Review: dietary restriction, with or without aerobic exercise, promotes weight loss in postpartum women

Weaver, Kathryn
January 2008
Evidence Based Nursing;Jan2008, Vol. 11 Issue 1, p14
Academic Journal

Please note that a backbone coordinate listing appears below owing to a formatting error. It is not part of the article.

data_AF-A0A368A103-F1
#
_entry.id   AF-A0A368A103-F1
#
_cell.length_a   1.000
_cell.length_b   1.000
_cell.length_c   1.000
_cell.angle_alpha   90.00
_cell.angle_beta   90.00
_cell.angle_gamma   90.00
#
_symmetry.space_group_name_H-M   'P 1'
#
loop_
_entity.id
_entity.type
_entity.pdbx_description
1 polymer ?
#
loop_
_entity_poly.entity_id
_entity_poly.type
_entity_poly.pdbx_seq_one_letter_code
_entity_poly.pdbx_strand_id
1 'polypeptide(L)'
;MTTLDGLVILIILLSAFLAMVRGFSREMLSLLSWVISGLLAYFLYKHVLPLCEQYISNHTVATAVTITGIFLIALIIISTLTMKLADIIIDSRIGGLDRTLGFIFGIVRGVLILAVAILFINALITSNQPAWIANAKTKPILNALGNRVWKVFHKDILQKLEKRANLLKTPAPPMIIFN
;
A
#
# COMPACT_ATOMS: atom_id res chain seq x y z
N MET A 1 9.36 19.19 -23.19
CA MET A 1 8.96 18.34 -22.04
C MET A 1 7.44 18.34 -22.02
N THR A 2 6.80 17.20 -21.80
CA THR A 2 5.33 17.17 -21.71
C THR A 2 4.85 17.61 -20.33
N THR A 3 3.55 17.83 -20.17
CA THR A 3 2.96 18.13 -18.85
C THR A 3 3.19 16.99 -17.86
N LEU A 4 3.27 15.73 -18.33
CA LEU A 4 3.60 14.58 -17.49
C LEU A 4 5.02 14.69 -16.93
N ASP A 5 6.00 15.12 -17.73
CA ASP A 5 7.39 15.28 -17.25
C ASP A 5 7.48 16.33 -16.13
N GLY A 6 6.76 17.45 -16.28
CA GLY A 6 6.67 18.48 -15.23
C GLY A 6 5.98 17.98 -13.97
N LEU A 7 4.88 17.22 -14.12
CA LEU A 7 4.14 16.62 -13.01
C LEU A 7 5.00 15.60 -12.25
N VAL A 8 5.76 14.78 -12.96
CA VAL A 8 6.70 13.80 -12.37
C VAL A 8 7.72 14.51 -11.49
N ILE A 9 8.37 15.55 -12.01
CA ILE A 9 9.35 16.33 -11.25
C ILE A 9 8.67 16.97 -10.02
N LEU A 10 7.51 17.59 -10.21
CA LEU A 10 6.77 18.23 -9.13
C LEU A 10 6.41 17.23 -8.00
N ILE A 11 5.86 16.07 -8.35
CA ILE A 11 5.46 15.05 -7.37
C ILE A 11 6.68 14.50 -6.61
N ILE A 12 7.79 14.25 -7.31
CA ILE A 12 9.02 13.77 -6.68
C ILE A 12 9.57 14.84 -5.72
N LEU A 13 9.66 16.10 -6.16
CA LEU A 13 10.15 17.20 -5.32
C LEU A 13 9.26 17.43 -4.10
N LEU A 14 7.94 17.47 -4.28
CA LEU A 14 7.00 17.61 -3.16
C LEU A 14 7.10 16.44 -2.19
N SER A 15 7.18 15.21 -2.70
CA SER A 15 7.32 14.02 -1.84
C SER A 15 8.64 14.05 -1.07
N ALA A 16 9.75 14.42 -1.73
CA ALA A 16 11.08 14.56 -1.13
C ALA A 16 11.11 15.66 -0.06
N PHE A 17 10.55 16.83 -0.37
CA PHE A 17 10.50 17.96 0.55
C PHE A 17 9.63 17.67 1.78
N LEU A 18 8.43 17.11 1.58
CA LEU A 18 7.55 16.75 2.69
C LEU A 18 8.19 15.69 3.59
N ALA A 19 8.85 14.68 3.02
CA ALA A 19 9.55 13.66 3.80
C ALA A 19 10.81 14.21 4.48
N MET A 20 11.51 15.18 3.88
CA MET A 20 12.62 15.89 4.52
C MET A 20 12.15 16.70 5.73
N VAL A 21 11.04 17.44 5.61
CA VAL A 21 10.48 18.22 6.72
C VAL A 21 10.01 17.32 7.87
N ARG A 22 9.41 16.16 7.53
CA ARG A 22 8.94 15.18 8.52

QUESTION Are diet and/or exercise effective for weight reduction in postpartum women? METHODS Data sources: Cochrane Pregnancy and Childbirth Group's Trial Register (including searches of Cochrane Central Register of Controlled Trials, Medline, 30 journals, and proceedings of major conferences) (September 2006), LILACS (2006), reference lists, and experts. Study selection and assessment: randomised controlled trials (RCTs) and quasi-randomised trials that evaluated interventions involving diet (advice, counselling, or prescription of a calorie-restricted diet) and/or exercise (counselling or structured programmes) in postpartum women (≤ 12 mo after birth of a healthy singleton term infant) ≥18 years of age who were overweight, obese, or had gained excessive weight during pregnancy. Excluded were studies involving women who were underweight before pregnancy, exercise interventions for pelvic or back pain or urinary incontinence, or interventions combined with medication. 6 RCTs (n=245) met the selection criteria; duration of the intervention ranged from 11 days to 11 months. Quality of individual trials was assessed based on allocation concealment, completeness of follow-up, and blinding of outcome assessors. Outcomes: body weight, percentage body fat, fat-free mass, cardiorespiratory fitness, milk volume, and infant growth. MAIN RESULTS Dietary restriction reduced body weight more than usual care (table) but also reduced fat-free mass; groups did not differ for change in percentage body fat. Supervised aerobic exercise did not increase weight loss more than usual care (table) but did increase cardiorespiratory fitness (2 RCTs, n = 53); groups did not differ for change in percentage body fat or fat-free mass. Dietary restriction plus aerobic exercise reduced body weight more than usual care (table) and increased the proportion of women who returned to prepregnancy weight (2 RCTs, n = 102) or achieved a healthy weight (2 RCTs, n = 63). The combined intervention also reduced percentage body fat (3 RCTs, n= 107) and improved cardiorespiratory fitness (2 RCTs, n = 63); groups did not differ for change in fat-free mass. Dietary restriction plus aerobic exercise did not increase weight loss more than dietary restriction alone (table) but prevented the loss of fat-free mass; groups did not differ for change in percentage body fat. No intervention was found to have a negative effect on milk production or infant growth. CONCLUSIONS Dietary restriction, with or without an aerobic exercise programme, promotes weight loss in postpartum women. The combination of dieting and exercise improves cardio-respiratory fitness and preserves fat-free mass.


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